5.8
February 1, 2015

Why I Left Facebook.

Facebook burnout

Lately, people have been dropping out of Facebook like flies after a mosquito abatement patrol.

Yesterday, I became one of them.

My friends—both “real” and “virtual” were surprised—at least I assume my virtual ones were, I’m no longer able to find out. My real ones were for sure. When I sent out a group text anxiously requesting the secret of shutting down ones Facebook account (which, I assume purposefully, is harder than it should be) the response across the board was, “What? What happened? You love Facebook!”

Well, I do and I don’t.

The good stuff about Facebook is quite good. I’ve made connections there that would have been impossible to make anywhere else, particularly important for me as a writer because much of my life is solitary. The best of these connections have become as deep and meaningful to me as traditional friendships, and I have been blessed to find a like-minded tribe of fellow nerds, intellectuals and spiritualists who live as far away as India. This is no small feat when you consider that I rarely leave my house in this wind swept Chicago suburb except to walk the dogs, do yoga or go to the grocery store.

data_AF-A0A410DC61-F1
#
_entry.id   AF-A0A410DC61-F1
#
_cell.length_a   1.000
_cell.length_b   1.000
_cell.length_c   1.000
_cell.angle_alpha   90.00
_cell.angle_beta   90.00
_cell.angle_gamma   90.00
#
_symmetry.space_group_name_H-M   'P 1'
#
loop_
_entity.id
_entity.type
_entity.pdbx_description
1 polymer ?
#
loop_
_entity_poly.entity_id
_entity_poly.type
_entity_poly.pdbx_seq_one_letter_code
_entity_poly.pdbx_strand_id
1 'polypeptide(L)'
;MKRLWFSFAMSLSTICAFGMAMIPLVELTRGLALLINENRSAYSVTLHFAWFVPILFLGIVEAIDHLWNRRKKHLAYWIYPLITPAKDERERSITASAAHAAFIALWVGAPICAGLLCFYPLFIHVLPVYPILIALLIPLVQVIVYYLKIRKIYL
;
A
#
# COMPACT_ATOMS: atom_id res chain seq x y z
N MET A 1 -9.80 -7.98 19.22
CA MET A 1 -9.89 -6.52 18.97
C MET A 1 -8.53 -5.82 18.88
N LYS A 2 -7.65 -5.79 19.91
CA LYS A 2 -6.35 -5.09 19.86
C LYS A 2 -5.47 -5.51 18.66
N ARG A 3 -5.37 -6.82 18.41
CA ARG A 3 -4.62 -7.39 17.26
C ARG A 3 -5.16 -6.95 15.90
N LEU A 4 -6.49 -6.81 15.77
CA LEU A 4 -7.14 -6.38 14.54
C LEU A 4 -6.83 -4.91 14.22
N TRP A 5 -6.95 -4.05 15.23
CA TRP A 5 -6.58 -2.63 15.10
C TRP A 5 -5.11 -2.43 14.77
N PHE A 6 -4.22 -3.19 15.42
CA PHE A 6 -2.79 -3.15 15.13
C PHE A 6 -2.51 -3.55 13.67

Even when I do travel I’m never in another place long enough to build solid relationships. I’ve met so many people for whom my soul cries out, but then I hop on a plane, and pre-social media, that was it—they were relegated to the landscape of memory, becoming less and less real and immediate over time. Post social media, those friendships and many others have been allowed to flourish and to grow.

But with Facebook, as with anything in life, there is also a dark side.

Problem #1: The time suck.